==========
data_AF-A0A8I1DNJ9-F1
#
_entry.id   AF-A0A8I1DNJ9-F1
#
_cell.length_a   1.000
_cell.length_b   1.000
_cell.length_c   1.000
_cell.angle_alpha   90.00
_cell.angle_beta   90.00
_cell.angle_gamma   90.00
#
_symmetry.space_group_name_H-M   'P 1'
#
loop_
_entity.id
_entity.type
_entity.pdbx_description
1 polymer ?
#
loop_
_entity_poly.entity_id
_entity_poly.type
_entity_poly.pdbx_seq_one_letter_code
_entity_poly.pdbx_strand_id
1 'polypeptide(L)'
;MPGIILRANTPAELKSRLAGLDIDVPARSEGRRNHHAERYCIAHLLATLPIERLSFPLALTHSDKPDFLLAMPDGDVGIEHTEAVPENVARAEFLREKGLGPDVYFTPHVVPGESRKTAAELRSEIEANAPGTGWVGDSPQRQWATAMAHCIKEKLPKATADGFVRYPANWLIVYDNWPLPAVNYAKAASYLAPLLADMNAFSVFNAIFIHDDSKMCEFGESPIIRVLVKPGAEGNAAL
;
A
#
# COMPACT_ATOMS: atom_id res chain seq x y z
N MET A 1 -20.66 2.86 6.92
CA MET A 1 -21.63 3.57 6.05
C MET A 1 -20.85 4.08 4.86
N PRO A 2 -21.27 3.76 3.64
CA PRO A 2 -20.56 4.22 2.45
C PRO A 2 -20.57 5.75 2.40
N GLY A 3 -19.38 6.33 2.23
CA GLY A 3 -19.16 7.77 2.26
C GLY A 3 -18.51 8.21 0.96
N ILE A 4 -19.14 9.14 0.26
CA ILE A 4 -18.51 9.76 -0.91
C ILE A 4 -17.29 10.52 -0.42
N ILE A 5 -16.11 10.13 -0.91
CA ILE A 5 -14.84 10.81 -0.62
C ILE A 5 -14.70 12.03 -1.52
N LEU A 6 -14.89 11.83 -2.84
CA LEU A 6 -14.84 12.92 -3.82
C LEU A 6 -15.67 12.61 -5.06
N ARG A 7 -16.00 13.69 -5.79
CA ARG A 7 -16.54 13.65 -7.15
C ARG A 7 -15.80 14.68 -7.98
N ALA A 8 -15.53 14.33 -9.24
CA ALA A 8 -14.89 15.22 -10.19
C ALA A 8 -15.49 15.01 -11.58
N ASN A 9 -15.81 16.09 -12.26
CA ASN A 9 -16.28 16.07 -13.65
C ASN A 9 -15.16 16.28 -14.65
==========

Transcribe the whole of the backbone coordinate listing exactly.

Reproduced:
data_AF-A0A8I1DNJ9-F1
#
_entry.id   AF-A0A8I1DNJ9-F1
#
_cell.length_a   1.000
_cell.length_b   1.000
_cell.length_c   1.000
_cell.angle_alpha   90.00
_cell.angle_beta   90.00
_cell.angle_gamma   90.00
#
_symmetry.space_group_name_H-M   'P 1'
#
loop_
_entity.id
_entity.type
_entity.pdbx_description
1 polymer ?
#
loop_
_entity_poly.entity_id
_entity_poly.type
_entity_poly.pdbx_seq_one_letter_code
_entity_poly.pdbx_strand_id
1 'polypeptide(L)'
;MPGIILRANTPAELKSRLAGLDIDVPARSEGRRNHHAERYCIAHLLATLPIERLSFPLALTHSDKPDFLLAMPDGDVGIEHTEAVPENVARAEFLREKGLGPDVYFTPHVVPGESRKTAAELRSEIEANAPGTGWVGDSPQRQWATAMAHCIKEKLPKATADGFVRYPANWLIVYDNWPLPAVNYAKAASYLAPLLADMNAFSVFNAIFIHDDSKMCEFGESPIIRVLVKPGAEGNAAL
;
A
#
# COMPACT_ATOMS: atom_id res chain seq x y z
N MET A 1 -20.66 2.86 6.92
CA MET A 1 -21.63 3.57 6.05
C MET A 1 -20.85 4.08 4.86
N PRO A 2 -21.27 3.76 3.64
CA PRO A 2 -20.56 4.22 2.45
C PRO A 2 -20.57 5.75 2.40
N GLY A 3 -19.38 6.33 2.23
CA GLY A 3 -19.16 7.77 2.26
C GLY A 3 -18.51 8.21 0.96
N ILE A 4 -19.14 9.14 0.26
CA ILE A 4 -18.51 9.76 -0.91
C ILE A 4 -17.29 10.52 -0.42
N ILE A 5 -16.11 10.13 -0.91
CA ILE A 5 -14.84 10.81 -0.62
C ILE A 5 -14.70 12.03 -1.52
N LEU A 6 -14.89 11.83 -2.84
CA LEU A 6 -14.84 12.92 -3.82
C LEU A 6 -15.67 12.61 -5.06
N ARG A 7 -16.00 13.69 -5.79
CA ARG A 7 -16.54 13.65 -7.15
C ARG A 7 -15.80 14.68 -7.98
N ALA A 8 -15.53 14.33 -9.24
CA ALA A 8 -14.89 15.22 -10.19
C ALA A 8 -15.49 15.01 -11.58
N ASN A 9 -15.81 16.09 -12.26
CA ASN A 9 -16.28 16.07 -13.65
C ASN A 9 -15.16 16.28 -14.65